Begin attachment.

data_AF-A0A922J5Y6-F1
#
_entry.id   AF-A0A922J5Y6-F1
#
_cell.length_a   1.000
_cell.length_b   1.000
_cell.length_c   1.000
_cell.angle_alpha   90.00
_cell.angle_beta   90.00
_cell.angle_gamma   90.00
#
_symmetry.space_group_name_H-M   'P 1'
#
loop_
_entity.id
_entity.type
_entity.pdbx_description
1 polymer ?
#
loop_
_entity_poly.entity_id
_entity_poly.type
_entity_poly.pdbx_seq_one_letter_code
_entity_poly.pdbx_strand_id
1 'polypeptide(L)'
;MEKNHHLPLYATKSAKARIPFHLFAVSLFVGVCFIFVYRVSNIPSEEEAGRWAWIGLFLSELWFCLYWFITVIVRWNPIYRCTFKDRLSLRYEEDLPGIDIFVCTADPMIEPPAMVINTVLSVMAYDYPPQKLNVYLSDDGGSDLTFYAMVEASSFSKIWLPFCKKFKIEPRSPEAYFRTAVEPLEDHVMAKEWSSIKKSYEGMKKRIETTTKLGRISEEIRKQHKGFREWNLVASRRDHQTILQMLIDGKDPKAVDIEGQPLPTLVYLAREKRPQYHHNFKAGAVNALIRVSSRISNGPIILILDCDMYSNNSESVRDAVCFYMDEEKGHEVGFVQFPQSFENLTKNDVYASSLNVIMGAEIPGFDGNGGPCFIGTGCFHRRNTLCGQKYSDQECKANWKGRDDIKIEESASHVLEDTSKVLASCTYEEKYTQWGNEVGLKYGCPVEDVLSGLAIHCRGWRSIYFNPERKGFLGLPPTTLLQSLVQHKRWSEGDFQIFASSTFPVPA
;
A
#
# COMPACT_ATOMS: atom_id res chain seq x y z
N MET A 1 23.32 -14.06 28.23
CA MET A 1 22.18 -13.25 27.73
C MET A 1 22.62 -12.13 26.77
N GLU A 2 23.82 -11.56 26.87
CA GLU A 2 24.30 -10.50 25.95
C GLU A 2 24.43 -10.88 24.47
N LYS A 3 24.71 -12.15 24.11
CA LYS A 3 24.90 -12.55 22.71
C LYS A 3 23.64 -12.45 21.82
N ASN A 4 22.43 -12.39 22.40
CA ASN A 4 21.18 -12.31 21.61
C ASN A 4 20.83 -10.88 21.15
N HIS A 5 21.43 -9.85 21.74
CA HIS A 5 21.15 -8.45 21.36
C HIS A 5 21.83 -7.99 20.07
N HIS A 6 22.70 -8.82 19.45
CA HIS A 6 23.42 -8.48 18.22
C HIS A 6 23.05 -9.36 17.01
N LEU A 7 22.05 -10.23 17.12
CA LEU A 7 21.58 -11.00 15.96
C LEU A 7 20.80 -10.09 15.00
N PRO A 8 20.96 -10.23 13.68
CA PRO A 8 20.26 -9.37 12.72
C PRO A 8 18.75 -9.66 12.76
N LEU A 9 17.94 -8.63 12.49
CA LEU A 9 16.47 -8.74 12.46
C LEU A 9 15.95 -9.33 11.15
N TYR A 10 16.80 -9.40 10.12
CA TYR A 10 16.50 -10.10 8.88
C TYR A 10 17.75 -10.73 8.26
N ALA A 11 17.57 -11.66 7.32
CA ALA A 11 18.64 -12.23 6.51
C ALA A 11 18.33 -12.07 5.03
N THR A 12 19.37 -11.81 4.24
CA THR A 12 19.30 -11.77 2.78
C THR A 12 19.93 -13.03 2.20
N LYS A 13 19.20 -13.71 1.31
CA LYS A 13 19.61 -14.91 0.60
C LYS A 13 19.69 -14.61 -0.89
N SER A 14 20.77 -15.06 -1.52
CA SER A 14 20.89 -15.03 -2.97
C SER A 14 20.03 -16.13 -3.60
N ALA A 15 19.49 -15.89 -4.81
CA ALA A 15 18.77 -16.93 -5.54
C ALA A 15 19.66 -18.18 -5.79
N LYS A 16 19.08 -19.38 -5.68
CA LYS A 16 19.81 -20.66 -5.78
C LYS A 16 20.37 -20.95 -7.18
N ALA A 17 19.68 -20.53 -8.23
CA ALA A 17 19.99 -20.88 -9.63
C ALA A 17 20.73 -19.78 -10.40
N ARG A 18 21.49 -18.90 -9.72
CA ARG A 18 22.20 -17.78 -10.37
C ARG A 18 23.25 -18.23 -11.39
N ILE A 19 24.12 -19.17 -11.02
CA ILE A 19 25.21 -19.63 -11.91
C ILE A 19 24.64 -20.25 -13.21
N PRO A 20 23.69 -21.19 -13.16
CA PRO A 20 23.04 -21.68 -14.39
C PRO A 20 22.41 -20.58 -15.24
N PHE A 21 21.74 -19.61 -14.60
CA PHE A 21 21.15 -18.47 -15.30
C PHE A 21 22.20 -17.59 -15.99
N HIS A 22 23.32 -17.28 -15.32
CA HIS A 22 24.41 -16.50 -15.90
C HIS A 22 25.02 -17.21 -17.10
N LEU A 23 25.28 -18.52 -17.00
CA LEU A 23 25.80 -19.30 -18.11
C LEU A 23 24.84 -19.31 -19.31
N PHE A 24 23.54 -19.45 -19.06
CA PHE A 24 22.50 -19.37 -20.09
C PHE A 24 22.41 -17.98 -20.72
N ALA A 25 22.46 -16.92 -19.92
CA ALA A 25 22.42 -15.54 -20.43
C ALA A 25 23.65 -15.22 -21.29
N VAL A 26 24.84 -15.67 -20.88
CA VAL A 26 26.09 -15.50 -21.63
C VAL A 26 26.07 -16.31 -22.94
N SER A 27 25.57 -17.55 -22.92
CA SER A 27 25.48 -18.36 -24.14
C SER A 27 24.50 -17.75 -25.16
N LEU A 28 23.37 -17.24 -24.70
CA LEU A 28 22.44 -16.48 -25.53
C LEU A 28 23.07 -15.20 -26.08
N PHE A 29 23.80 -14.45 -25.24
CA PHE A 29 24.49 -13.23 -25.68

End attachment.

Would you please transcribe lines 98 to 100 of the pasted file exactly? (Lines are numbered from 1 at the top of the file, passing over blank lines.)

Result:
CA LEU A 23 25.80 -19.30 -18.11
C LEU A 23 24.84 -19.31 -19.31
N PHE A 24 23.54 -19.45 -19.06